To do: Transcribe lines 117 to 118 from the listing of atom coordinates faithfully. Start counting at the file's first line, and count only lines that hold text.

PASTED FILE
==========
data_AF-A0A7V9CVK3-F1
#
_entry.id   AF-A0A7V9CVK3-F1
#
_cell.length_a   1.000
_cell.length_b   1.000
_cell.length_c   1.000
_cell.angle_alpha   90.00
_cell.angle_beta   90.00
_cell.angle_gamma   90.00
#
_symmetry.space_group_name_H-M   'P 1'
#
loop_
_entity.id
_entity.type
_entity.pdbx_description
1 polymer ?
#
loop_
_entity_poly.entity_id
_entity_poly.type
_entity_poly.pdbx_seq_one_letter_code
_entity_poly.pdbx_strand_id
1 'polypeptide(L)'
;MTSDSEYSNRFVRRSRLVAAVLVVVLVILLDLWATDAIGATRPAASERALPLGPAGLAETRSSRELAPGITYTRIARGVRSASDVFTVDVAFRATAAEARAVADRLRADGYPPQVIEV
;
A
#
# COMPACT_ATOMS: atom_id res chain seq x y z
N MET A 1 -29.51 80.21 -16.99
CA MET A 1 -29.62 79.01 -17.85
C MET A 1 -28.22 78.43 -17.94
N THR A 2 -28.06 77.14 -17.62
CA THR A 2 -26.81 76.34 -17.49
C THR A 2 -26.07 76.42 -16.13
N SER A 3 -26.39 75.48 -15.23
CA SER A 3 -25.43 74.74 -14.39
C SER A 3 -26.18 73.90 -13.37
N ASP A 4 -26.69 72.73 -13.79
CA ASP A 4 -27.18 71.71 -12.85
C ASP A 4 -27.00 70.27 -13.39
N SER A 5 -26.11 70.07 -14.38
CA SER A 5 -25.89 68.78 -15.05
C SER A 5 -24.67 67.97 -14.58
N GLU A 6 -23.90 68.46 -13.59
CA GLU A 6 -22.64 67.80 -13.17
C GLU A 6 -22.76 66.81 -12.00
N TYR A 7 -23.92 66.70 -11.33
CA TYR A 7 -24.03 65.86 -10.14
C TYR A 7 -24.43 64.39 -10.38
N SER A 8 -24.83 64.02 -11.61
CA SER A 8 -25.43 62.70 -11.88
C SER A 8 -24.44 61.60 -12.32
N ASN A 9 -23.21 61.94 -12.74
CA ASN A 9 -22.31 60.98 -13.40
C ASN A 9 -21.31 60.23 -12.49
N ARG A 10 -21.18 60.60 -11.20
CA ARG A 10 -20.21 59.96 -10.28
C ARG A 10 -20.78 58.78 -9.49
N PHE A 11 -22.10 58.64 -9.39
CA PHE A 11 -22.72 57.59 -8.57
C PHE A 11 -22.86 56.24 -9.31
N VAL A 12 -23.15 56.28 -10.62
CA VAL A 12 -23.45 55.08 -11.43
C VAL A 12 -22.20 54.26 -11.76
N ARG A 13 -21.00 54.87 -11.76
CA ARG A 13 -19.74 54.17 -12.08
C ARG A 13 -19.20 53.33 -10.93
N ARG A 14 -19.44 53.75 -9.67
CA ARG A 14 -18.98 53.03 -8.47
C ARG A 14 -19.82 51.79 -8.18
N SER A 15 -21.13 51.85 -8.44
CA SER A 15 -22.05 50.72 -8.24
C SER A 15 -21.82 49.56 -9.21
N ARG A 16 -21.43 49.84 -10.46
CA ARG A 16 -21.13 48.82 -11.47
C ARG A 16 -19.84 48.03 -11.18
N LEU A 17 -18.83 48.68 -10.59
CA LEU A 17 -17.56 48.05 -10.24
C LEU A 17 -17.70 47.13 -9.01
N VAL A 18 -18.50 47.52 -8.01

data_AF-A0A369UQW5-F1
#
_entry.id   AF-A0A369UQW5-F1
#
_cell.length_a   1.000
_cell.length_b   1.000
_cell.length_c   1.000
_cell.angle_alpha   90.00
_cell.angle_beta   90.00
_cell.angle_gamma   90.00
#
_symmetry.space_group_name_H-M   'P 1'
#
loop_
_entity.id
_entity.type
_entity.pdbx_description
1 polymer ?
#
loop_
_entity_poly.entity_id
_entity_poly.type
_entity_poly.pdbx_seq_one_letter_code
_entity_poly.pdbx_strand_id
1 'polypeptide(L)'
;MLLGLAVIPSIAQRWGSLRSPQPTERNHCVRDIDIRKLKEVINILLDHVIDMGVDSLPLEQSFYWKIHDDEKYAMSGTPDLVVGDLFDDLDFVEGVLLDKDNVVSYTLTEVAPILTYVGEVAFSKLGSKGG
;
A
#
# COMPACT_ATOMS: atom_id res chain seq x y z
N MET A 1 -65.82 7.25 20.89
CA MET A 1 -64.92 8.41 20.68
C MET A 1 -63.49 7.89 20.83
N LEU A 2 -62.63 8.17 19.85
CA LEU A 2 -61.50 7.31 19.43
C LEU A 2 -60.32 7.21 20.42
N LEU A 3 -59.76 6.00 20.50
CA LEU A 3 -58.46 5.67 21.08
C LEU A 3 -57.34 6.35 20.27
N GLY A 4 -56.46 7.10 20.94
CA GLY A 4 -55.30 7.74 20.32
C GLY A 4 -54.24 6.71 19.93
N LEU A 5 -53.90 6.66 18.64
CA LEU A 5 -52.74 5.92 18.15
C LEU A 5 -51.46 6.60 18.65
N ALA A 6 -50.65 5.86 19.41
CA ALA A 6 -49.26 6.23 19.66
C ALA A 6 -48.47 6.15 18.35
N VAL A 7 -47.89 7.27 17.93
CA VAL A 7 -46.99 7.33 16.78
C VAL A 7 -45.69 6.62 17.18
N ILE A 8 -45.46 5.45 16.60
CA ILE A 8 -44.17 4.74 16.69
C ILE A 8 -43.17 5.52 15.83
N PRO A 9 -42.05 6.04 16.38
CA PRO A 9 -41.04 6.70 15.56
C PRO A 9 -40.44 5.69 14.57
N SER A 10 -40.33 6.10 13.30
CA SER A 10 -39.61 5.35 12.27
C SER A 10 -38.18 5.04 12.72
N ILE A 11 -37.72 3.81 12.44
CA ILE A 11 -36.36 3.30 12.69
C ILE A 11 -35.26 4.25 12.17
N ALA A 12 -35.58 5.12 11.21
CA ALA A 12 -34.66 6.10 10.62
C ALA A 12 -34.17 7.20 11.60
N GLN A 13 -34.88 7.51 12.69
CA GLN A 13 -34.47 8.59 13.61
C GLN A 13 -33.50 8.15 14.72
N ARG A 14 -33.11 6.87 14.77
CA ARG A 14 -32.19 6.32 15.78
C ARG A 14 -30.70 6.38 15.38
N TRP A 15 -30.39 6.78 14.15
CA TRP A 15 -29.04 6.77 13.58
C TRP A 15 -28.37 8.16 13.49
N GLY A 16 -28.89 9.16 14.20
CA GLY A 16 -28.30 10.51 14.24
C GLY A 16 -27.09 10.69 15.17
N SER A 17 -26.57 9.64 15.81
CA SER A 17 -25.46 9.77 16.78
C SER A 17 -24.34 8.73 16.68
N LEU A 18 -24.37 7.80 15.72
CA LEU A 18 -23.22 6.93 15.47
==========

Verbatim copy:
CA LEU A 2 -61.50 7.31 19.43
C LEU A 2 -60.32 7.21 20.42